PHILLIP OCHS / THE EAGLE
An AU student was recently moved out of his dorm room in McDowell Hall because the presence of mildew was making him sick.
William Hea, a sophomore in the School of International Service and former resident of McDowell Terrace, said he became sick immediately after moving into his room. He woke up one night and discovered mold — which Facilities Management eventually determined to actually be mildew — in his room.
“I had a massive headache and my sinuses were all clogged,” he said. “I took a look around the room. There was green mold on the walls, brown and black mold up in the cracks, and a significant amount of it where the ceiling meets the wall, all around the periphery of the room.”
Hea said mildew was also on the carpet and behind the door, growing up along the walls. After informing Housing and Dining about his allergy, he slept on friends’ floors while the school tried to solve the problem. After several days, the carpet and ceiling tiles in Hea’s room were replaced. After that did not improve Hea’s allergic reactions, he was moved out of McDowell.
“AU finally acknowledged that there’s a mold problem on this floor and moved my roommate and [me] out,” Hea said.
The move did not come without a fight. Hea wrote countless letters to the school and met with Housing and Dining staff at least twice a day. Once his parents called the school, he was moved out of his room in McDowell
Chris Moody, Director of Housing and Dining, said AU tries to move students if there is availability in the dorms.
“We look at each student’s situation and we look at the availability of space around campus to affect change. It depends on whether people are willing to move themselves, if there’s a facility issue, if they won’t move to certain halls, if they want to move with their roommate, and where we have a vacant space.”
If a student’s health is at risk, Housing and Dining will move that student to a more appropriate room, even if the health problem may just be a student’s perception, Moody said.
The wood furniture in McDowell Terrace has been tested for mold. The results characterized the growths as an allergen known as mildew. Mildew is in the same family as mold, said William Suter, director of Facilities Management.
“Mold needs a source of moisture, to be left alone, and it needs something to eat,” Suter said. “And a lot of times in an empty room, we don’t have all three of those things.”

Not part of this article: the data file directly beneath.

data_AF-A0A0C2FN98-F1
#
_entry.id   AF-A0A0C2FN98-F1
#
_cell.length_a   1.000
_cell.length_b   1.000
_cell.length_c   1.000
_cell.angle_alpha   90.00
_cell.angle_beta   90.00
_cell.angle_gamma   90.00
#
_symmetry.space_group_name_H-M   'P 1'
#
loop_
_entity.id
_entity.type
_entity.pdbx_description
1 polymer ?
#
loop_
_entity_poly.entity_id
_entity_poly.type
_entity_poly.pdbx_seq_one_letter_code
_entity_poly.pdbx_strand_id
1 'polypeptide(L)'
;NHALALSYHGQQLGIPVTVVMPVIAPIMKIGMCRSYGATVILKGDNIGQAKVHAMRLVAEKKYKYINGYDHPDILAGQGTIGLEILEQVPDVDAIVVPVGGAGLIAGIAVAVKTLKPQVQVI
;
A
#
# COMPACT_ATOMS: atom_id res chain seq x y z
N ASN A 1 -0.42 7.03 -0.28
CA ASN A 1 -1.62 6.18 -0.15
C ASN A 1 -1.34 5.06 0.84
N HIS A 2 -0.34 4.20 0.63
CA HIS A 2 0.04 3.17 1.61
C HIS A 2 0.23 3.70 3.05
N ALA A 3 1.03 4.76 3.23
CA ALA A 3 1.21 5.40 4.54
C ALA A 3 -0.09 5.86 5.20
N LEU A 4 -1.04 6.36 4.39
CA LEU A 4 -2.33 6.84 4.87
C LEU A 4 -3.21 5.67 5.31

When students bring in their belongings, including food, they sometimes provide something for mold to feed on. At this time of year, D.C. also has fluctuating temperatures and high humidity, Suter said. This provides moisture for mold to grow.
“In another month or so, when the humidity level goes down, the problems go away,” Suter said. “I’ve been here for 15 years and we’ve always had a fall outbreak of ‘mold’. Probably about 60 percent of the time it’s mildew and the other times it’s scuff marks on the wall or a water stain.”
Some students found moist areas on their carpets in McDowell when they moved in because the previous residents had left the windows open when they moved out, Moody said. While these carpets were being replaced, the students were temporarily moved out.
“There were a couple situations over the summer where the previous summer occupant had left the air conditioning on and the window open, which is an invitation for trouble,” Moody said.
Other than the move of Hea and his roommate, and the temporary displacement of students whose carpets were being replaced, no other students have been moved because of the mold problem.
Currently, AU is in the process of going through and doing preventative maintenance on the fan call units, where mold sometimes grows. This includes changing the filter, cleaning the coil to capture condensation and making sure the drain where the condensation runs out is open, Suter said.
Some students in McDowell Terrace said the problem is just as bad as it was a month ago.
Jared Hutchins, a freshman in SIS, said there is a pungent smell of mold.
“You walk into the lounge and sometimes the smell kind of just slaps you in the face, but it never seems to go away,” he said. “Everyone calls this place ‘McFoul.’”
Margaret Hayford, a freshman in the School of Communication, said she feels like AU is ignoring the residents of McDowell Terrace.
“I’m slightly allergic to mold,” she said. “I have my filter on constantly. I feel like they’re telling us it’s not bad just so they don’t have to do anything about it.”
Suter said the problem is serious because of the complaints of students.
“I think that for me it’s serious because it bothers students,” he said. “Is it a serious contamination problem? No, it’s not.”